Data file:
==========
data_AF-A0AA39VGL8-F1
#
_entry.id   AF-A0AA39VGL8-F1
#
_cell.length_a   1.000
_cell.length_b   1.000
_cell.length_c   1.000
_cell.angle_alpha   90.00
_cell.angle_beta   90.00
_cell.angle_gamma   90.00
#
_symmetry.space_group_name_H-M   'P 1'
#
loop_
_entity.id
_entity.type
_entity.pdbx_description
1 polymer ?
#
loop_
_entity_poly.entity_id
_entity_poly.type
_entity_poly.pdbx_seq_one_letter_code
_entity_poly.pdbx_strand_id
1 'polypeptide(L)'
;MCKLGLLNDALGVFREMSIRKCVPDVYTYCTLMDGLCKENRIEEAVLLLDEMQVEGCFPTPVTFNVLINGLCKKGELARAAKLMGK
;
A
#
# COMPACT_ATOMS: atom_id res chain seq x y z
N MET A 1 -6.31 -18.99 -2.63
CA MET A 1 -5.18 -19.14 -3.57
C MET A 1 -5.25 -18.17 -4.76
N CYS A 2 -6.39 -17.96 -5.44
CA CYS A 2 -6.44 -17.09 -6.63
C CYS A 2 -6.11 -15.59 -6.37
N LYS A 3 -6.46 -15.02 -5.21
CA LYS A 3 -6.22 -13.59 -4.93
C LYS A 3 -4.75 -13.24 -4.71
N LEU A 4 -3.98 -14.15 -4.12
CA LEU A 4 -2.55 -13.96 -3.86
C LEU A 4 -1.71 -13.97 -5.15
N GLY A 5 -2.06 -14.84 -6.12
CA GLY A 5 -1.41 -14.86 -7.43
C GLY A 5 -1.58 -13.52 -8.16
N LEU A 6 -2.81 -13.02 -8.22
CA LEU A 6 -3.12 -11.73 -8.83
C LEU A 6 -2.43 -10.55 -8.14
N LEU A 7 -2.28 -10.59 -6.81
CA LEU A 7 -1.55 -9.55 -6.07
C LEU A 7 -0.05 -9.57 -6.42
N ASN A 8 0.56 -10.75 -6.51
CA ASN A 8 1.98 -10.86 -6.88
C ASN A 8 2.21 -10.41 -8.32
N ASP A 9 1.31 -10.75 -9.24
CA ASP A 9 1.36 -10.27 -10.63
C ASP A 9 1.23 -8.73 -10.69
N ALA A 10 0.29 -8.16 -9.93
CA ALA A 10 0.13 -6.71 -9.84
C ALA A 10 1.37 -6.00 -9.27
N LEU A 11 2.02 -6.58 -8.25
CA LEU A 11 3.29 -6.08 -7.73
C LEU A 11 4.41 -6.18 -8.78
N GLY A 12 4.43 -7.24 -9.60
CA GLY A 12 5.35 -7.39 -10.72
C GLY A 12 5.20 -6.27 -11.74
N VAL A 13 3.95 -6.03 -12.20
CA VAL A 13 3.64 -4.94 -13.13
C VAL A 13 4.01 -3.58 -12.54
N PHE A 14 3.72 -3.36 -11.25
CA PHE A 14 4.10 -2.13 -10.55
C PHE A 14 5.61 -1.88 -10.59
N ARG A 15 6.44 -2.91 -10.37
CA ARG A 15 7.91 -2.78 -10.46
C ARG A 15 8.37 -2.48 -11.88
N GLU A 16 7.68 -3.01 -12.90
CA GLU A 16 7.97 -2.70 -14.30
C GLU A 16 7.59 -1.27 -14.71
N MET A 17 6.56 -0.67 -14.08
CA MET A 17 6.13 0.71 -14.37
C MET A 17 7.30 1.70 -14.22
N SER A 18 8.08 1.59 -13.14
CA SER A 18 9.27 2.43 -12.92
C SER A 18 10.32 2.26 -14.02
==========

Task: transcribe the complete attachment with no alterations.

data_AF-A0AA39VGL8-F1
#
_entry.id   AF-A0AA39VGL8-F1
#
_cell.length_a   1.000
_cell.length_b   1.000
_cell.length_c   1.000
_cell.angle_alpha   90.00
_cell.angle_beta   90.00
_cell.angle_gamma   90.00
#
_symmetry.space_group_name_H-M   'P 1'
#
loop_
_entity.id
_entity.type
_entity.pdbx_description
1 polymer ?
#
loop_
_entity_poly.entity_id
_entity_poly.type
_entity_poly.pdbx_seq_one_letter_code
_entity_poly.pdbx_strand_id
1 'polypeptide(L)'
;MCKLGLLNDALGVFREMSIRKCVPDVYTYCTLMDGLCKENRIEEAVLLLDEMQVEGCFPTPVTFNVLINGLCKKGELARAAKLMGK
;
A
#
# COMPACT_ATOMS: atom_id res chain seq x y z
N MET A 1 -6.31 -18.99 -2.63
CA MET A 1 -5.18 -19.14 -3.57
C MET A 1 -5.25 -18.17 -4.76
N CYS A 2 -6.39 -17.96 -5.44
CA CYS A 2 -6.44 -17.09 -6.63
C CYS A 2 -6.11 -15.59 -6.37
N LYS A 3 -6.46 -15.02 -5.21
CA LYS A 3 -6.22 -13.59 -4.93
C LYS A 3 -4.75 -13.24 -4.71
N LEU A 4 -3.98 -14.15 -4.12
CA LEU A 4 -2.55 -13.96 -3.86
C LEU A 4 -1.71 -13.97 -5.15
N GLY A 5 -2.06 -14.84 -6.12
CA GLY A 5 -1.41 -14.86 -7.43
C GLY A 5 -1.58 -13.52 -8.16
N LEU A 6 -2.81 -13.02 -8.22
CA LEU A 6 -3.12 -11.73 -8.83
C LEU A 6 -2.43 -10.55 -8.14
N LEU A 7 -2.28 -10.59 -6.81
CA LEU A 7 -1.55 -9.55 -6.07
C LEU A 7 -0.05 -9.57 -6.42
N ASN A 8 0.56 -10.75 -6.51
CA ASN A 8 1.98 -10.86 -6.88
C ASN A 8 2.21 -10.41 -8.32
N ASP A 9 1.31 -10.75 -9.24
CA ASP A 9 1.36 -10.27 -10.63
C ASP A 9 1.23 -8.73 -10.69
N ALA A 10 0.29 -8.16 -9.93
CA ALA A 10 0.13 -6.71 -9.84
C ALA A 10 1.37 -6.00 -9.27
N LEU A 11 2.02 -6.58 -8.25
CA LEU A 11 3.29 -6.08 -7.73
C LEU A 11 4.41 -6.18 -8.78
N GLY A 12 4.43 -7.24 -9.60
CA GLY A 12 5.35 -7.39 -10.72
C GLY A 12 5.20 -6.27 -11.74
N VAL A 13 3.95 -6.03 -12.20
CA VAL A 13 3.64 -4.94 -13.13
C VAL A 13 4.01 -3.58 -12.54
N PHE A 14 3.72 -3.36 -11.25
CA PHE A 14 4.10 -2.13 -10.55
C PHE A 14 5.61 -1.88 -10.59
N ARG A 15 6.44 -2.91 -10.37
CA ARG A 15 7.91 -2.78 -10.46
C ARG A 15 8.37 -2.48 -11.88
N GLU A 16 7.68 -3.01 -12.90
CA GLU A 16 7.97 -2.70 -14.30
C GLU A 16 7.59 -1.27 -14.71
N MET A 17 6.56 -0.67 -14.08
CA MET A 17 6.13 0.71 -14.37
C MET A 17 7.30 1.70 -14.22
N SER A 18 8.08 1.59 -13.14
CA SER A 18 9.27 2.43 -12.92
C SER A 18 10.32 2.26 -14.02